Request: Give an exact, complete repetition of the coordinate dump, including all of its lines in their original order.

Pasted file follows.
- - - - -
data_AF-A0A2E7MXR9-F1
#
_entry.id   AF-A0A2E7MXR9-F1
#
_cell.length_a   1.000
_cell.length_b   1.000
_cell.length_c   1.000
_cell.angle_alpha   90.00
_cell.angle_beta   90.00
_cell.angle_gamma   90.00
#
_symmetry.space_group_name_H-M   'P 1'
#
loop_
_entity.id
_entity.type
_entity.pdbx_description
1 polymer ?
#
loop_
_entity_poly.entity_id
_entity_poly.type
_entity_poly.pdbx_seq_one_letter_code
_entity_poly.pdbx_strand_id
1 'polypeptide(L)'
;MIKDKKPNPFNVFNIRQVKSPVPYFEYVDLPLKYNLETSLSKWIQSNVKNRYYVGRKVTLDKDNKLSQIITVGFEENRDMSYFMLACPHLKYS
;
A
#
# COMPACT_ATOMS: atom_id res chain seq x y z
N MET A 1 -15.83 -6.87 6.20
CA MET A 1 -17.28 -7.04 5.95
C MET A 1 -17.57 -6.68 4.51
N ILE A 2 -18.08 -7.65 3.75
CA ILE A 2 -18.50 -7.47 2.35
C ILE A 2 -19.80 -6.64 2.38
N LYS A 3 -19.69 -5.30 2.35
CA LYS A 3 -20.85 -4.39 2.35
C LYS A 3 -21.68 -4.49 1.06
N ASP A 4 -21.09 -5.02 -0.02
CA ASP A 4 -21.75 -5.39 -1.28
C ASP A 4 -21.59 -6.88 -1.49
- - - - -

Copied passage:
data_AF-A0A2E7MXR9-F1
#
_entry.id   AF-A0A2E7MXR9-F1
#
_cell.length_a   1.000
_cell.length_b   1.000
_cell.length_c   1.000
_cell.angle_alpha   90.00
_cell.angle_beta   90.00
_cell.angle_gamma   90.00
#
_symmetry.space_group_name_H-M   'P 1'
#
loop_
_entity.id
_entity.type
_entity.pdbx_description
1 polymer ?
#
loop_
_entity_poly.entity_id
_entity_poly.type
_entity_poly.pdbx_seq_one_letter_code
_entity_poly.pdbx_strand_id
1 'polypeptide(L)'
;MIKDKKPNPFNVFNIRQVKSPVPYFEYVDLPLKYNLETSLSKWIQSNVKNRYYVGRKVTLDKDNKLSQIITVGFEENRDMSYFMLACPHLKYS
;
A
#
# COMPACT_ATOMS: atom_id res chain seq x y z
N MET A 1 -15.83 -6.87 6.20
CA MET A 1 -17.28 -7.04 5.95
C MET A 1 -17.57 -6.68 4.51
N ILE A 2 -18.08 -7.65 3.75
CA ILE A 2 -18.50 -7.47 2.35
C ILE A 2 -19.80 -6.64 2.38
N LYS A 3 -19.69 -5.30 2.35
CA LYS A 3 -20.85 -4.39 2.35
C LYS A 3 -21.68 -4.49 1.06
N ASP A 4 -21.09 -5.02 -0.02
CA ASP A 4 -21.75 -5.39 -1.28
C ASP A 4 -21.59 -6.88 -1.49